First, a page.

A stainless steel stock dentulous tray and irreversible hydrocolloid (Neocolloid; Zhermack) was used to record preliminary impression of both the mandibular and maxillary arches. The casts were poured with Type III gypsum material (Goldstone; Rajkot) and were retrieved. A maxillomandibular record was made by manually assisting the mandible close to desirable mandibular position. The maxillary and mandibular casts were then mounted on an articulator. A 19 gauge hard, round, stainless steel orthodontic wire (Gloria Enterprise, Mumbai) was manipulated to adapt C-clasps on 12, 26, and 28 for providing retention for the prosthesis. A trial base in self-cure acrylic resin was fabricated and occlusal plane checked in the patient's mouth. Try-in of the maxillary removable partial denture was carried out. At the try-in stage, a thin layer of zinc oxide (Deepashree products MIDC, Ratnagiri) and saline mix was painted on the palatal surface of the removable partial denture with a camel hair brush to know the areas where the tongue made contact with the palate. It was observed that there was not much of contact between the lateral borders of the tongue and the palate [Figure 3]. The palatal surface of the prosthesis was later covered with tissue conditioning material and left for molding.
Figure 3: Application of zinc oxide powder and saline

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Lighter prosthesis was proposed in this clinical report to reduce the weight of the prosthesis. Chalian technique [7] was followed to make the prosthesis lighter [Figure 4]a,[Figure 4]b,[Figure 4]c,[Figure 4]d. The removable partial denture with the speech prosthesis was given to the patient for 2 months. Once the patient got accustomed to the prosthesis, a palatal ramp was made in composite resin. Left side of the palate was roughened and treated with primer and cured. The conditioned region was coated with core build-up material (LuxaCore-Z, DMG, Hamburg, Germany). The patient was asked to protrude the tongue and mandible was guided to desired position thus the core build up material got functionally molded by the tongue on the medial aspect and the mandibular teeth on the lateral aspect. Medial side of the ramp followed contour of the lateral border of the tongue; thus, ramp did not interfere with the tongue. The material was cured intraorally, finished and inserted [Figure 5] and [Figure 6]. The patient was advised to use the guide flange prosthesis throughout the day, except at night and during meals.
Figure 4: (a-d) Steps to make prosthesis hollow

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Figure 5: Speech prosthesis with palatal ramp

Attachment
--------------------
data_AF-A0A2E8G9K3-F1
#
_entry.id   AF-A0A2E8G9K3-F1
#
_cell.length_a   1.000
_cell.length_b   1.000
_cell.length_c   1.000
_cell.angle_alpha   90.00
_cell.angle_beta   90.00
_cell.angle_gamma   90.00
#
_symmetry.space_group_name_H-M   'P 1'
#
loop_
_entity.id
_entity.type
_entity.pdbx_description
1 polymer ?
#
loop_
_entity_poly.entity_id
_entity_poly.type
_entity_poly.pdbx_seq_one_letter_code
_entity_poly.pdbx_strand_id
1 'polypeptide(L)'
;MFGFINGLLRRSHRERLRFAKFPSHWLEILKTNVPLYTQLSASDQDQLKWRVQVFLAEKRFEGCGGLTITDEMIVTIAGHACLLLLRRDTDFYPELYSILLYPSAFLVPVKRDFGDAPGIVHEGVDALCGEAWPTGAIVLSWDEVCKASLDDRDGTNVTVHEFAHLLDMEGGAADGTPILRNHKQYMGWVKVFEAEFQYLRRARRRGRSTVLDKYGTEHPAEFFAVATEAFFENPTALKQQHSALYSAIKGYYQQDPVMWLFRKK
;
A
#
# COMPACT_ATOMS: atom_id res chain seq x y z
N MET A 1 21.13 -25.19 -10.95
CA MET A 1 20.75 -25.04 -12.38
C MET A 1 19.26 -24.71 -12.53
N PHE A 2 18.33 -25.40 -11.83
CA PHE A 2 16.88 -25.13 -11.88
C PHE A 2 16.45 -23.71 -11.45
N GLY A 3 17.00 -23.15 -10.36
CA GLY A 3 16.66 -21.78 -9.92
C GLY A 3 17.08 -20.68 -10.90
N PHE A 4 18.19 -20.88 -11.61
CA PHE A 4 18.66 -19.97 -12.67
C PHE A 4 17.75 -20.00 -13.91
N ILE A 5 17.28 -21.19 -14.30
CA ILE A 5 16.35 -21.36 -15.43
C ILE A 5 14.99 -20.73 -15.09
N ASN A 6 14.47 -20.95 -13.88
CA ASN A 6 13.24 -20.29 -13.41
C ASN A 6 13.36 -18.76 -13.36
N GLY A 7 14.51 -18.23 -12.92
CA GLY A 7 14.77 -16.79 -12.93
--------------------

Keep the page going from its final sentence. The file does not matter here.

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Figure 6: Postoperative photograph

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The patient was asked to come for regular follow-up to make adjustments to accommodate increased mobility or hypertrophy of the articulating tissues based on input from the patient, family members, and the speech pathologist.

Patient reported being more comfortable with swallowing after insertion of the speech prosthesis. Interim prosthesis has advantages of ease of processing, better acclimatization for patient, and cost effective. However, the success of the prosthesis depends on history of radiation therapy, patient compliance, initiation of guidance therapy, and nature of surgical defect. After a follow-up of 3 weeks, definitive prosthesis can be planned in the form of cast partial prosthesis.


   Discussion Top


Prosthetic guiding flanges have been reported often in the literature that were used to rehabilitate patients with surgical resection. Patil and Patil [8] reported a case of reconstructed hemimandibulectomy patient with a modified mandibular guided flange prosthesis and a maxillary stabilization plate made of wire-reinforced heat polymerized acrylic resin to enhance patients' speech and mastication. Bhattacharya et al.[1] reported a case of maxillary palatal ramp prosthesis to manage mandibular deviation following segmental mandibulectomy. The palatal ramp was trial made in wax followed by processing in heat polymerized acrylic resin, which was later modified with autopolymerizing acrylic resin. Sahu [9] used a guidance flange on the buccal side and the supporting flange on the lingual side as a mandibular guidance following resection. In a case reported by Sahin et al.,[10] a cast metal guidance prosthesis with supporting flanges and retentive flanges was fabricated following a segmental mandibulectomy.[9] Joshi et al.[11] described the fabrication of a removable mandibular guide flange prosthesis as an effective alternative for most patients with mandibular defects, considering the poor prognosis, difficulty in decision making for the use of the implant and economic feasibility. Prencipe et al.[12] described a technique by which only one mandibular prosthesis was used for both physiotherapy and chewing, by simply inserting and removing the guide flange with two precision attachments on the buccal surface of the denture base with their patrix and the corresponding matrixes in the transparent guide flange.